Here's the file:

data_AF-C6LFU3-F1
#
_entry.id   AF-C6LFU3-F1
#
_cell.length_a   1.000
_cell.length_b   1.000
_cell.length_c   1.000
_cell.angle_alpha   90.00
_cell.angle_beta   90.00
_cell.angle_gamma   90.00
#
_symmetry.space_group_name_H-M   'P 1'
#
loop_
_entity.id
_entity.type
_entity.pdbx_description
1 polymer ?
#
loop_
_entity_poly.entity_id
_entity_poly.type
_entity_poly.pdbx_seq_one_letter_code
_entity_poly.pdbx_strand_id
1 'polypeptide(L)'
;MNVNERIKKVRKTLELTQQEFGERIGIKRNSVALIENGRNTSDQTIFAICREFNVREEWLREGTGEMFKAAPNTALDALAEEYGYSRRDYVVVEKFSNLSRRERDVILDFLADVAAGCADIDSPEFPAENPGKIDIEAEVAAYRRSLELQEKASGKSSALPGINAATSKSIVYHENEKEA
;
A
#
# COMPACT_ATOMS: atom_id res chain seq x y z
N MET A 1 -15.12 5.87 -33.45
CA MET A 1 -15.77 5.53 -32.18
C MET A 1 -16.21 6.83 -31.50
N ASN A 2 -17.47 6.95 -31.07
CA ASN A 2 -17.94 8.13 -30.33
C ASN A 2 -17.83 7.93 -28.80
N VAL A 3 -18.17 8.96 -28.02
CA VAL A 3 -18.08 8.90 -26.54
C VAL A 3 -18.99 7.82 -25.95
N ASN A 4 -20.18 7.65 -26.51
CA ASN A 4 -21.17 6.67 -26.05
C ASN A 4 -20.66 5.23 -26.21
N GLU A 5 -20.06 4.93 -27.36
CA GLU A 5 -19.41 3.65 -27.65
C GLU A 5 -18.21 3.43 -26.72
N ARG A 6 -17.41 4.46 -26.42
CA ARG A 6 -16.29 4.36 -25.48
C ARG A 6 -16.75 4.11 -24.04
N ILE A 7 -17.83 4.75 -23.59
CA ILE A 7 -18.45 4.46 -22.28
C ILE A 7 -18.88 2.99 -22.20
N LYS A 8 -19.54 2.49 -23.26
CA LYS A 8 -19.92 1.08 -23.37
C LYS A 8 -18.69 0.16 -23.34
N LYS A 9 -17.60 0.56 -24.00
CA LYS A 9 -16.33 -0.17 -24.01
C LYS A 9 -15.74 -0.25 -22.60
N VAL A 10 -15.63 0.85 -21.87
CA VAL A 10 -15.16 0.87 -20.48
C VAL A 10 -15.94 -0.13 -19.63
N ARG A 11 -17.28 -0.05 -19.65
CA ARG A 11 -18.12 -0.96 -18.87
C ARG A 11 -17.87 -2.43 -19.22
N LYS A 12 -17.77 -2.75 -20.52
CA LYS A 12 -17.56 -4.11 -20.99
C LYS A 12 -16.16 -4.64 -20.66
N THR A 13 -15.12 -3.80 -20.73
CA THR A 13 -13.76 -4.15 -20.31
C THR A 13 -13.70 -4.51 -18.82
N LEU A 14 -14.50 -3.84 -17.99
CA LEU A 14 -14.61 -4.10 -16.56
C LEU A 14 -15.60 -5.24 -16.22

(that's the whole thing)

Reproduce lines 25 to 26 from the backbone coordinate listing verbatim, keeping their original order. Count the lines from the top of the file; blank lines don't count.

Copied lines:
1 'polypeptide(L)'
;MNVNERIKKVRKTLELTQQEFGERIGIKRNSVALIENGRNTSDQTIFAICREFNVREEWLREGTGEMFKAAPNTALDALAEEYGYSRRDYVVVEKFSNLSRRERDVILDFLADVAAGCADIDSPEFPAENPGKIDIEAEVAAYRRSLELQEKASGKSSALPGINAATSKSIVYHENEKEA